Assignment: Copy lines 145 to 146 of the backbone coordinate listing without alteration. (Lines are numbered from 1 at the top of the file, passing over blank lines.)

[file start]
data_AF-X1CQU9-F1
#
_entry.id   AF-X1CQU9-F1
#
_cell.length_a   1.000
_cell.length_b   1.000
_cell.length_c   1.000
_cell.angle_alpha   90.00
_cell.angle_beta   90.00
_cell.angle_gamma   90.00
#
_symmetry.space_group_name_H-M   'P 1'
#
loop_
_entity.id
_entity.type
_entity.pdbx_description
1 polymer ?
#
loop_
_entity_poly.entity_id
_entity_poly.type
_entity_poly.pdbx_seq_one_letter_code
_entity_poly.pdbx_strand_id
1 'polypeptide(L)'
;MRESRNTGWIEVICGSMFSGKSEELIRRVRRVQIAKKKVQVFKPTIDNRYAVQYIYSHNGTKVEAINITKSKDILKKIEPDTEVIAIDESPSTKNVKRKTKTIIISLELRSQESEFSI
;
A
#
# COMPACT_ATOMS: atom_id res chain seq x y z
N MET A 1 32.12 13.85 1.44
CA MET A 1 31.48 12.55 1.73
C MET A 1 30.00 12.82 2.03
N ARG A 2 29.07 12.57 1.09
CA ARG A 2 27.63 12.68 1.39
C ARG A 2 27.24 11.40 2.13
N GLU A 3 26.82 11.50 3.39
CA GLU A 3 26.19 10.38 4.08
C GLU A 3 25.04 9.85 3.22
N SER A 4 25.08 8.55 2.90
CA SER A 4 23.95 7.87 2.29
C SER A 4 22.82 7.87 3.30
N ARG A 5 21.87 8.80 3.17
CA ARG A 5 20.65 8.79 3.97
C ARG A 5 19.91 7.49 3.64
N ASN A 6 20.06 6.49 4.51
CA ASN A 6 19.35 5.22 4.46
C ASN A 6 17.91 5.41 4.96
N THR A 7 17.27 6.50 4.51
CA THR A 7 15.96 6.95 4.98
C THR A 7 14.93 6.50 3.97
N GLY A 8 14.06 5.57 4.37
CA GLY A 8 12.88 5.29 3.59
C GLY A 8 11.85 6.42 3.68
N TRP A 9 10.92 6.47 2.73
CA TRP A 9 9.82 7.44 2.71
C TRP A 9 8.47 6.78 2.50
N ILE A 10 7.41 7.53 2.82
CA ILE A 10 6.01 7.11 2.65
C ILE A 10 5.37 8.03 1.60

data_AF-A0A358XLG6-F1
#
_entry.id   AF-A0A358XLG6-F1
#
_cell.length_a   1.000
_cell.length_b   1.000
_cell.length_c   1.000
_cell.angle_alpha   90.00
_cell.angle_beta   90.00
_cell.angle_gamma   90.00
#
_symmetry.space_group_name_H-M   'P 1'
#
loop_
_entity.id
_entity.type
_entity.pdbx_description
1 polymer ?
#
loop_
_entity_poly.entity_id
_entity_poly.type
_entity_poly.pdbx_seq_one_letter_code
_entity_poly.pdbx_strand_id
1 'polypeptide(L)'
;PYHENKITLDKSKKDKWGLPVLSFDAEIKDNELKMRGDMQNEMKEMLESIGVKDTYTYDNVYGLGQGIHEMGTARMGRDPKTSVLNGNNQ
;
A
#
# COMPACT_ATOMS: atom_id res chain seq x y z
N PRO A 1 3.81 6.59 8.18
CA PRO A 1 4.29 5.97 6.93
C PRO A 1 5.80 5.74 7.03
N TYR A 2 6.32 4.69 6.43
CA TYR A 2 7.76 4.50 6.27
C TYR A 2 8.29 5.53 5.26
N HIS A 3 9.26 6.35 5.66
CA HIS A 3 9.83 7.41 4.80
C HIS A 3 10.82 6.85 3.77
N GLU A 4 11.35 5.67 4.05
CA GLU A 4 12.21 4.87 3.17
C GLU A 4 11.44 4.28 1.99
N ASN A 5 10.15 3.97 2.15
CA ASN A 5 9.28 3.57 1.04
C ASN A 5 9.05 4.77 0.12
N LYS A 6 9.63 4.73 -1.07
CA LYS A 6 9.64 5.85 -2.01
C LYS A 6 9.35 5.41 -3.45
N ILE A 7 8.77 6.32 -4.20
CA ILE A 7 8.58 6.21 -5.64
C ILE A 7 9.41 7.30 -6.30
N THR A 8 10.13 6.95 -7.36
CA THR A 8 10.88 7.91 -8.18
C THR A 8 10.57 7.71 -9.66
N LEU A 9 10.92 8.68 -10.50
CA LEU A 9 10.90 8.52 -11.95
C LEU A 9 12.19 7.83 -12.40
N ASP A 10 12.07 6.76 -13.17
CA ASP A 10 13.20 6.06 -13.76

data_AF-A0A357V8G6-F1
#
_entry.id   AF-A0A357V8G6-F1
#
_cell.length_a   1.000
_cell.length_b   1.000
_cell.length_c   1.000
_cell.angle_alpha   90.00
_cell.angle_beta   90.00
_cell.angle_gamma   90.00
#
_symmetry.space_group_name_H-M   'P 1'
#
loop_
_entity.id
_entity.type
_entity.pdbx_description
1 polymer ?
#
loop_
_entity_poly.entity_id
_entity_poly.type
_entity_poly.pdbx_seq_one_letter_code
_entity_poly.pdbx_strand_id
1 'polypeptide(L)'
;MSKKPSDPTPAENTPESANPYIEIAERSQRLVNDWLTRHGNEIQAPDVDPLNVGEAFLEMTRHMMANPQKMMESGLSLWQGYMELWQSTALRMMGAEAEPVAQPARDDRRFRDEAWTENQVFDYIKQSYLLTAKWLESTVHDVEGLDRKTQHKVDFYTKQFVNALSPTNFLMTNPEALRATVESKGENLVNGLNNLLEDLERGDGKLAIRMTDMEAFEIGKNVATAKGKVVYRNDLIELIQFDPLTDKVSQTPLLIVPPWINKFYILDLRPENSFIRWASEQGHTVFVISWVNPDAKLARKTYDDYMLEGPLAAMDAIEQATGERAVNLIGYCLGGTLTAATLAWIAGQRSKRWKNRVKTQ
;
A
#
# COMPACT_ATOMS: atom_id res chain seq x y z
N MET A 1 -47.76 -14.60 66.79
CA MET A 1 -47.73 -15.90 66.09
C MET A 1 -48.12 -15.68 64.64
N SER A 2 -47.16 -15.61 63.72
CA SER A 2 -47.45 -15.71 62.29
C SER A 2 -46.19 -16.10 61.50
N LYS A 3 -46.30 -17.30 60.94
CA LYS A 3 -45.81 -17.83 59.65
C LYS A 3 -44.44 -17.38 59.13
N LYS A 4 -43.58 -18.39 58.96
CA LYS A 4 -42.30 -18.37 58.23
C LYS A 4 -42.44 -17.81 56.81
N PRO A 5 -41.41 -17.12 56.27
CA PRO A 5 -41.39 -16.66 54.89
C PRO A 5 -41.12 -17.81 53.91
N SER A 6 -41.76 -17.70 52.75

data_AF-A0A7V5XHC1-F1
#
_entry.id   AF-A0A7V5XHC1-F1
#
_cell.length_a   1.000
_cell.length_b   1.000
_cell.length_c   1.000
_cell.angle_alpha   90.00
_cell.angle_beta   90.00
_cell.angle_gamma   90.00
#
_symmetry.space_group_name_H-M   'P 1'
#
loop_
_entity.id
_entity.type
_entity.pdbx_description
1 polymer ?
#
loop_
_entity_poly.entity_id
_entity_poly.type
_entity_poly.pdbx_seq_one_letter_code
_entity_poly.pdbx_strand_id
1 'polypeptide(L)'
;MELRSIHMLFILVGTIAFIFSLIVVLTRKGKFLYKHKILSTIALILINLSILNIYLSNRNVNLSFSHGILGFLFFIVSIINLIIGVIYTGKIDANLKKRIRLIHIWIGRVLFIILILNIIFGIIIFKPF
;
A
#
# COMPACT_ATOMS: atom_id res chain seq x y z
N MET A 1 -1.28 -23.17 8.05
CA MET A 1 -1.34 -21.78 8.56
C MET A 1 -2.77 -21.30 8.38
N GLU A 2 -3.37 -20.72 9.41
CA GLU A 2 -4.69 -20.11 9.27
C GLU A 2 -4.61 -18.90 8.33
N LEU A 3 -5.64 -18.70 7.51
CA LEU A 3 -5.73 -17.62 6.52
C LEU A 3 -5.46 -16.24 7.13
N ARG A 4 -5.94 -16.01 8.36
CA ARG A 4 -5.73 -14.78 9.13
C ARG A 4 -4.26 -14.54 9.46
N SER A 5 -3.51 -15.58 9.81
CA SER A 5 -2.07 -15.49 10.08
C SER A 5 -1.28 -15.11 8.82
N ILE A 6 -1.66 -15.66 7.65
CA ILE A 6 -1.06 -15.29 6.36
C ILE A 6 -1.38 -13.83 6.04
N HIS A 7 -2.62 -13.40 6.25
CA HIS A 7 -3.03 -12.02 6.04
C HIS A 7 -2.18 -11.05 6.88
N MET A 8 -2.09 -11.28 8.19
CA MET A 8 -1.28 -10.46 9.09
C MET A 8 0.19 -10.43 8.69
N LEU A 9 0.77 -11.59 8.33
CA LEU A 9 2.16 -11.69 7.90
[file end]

;MSKKPSDPTPAENTPESANPYIEIAERSQRLVNDWLTRHGNEIQAPDVDPLNVGEAFLEMTRHMMANPQKMMESGLSLWQGYMELWQSTALRMMGAEAEPVAQPARDDRRFRDEAWTENQVFDYIKQSYLLTAKWLESTVHDVEGLDRKTQHKVDFYTKQFVNALSPTNFLMTNPEALRATVESKGENLVNGLNNLLEDLERGDGKLAIRMTDMEAFEIGKNVATAKGKVVYRNDLIELIQFDPLTDKVSQTPLLIVPPWINKFYILDLRPENSFIRWASEQGHTVFVISWVNPDAKLARKTYDDYMLEGPLAAMDAIEQATGERAVNLIGYCLGGTLTAATLAWIAGQRSKRWKNRVKTQ
;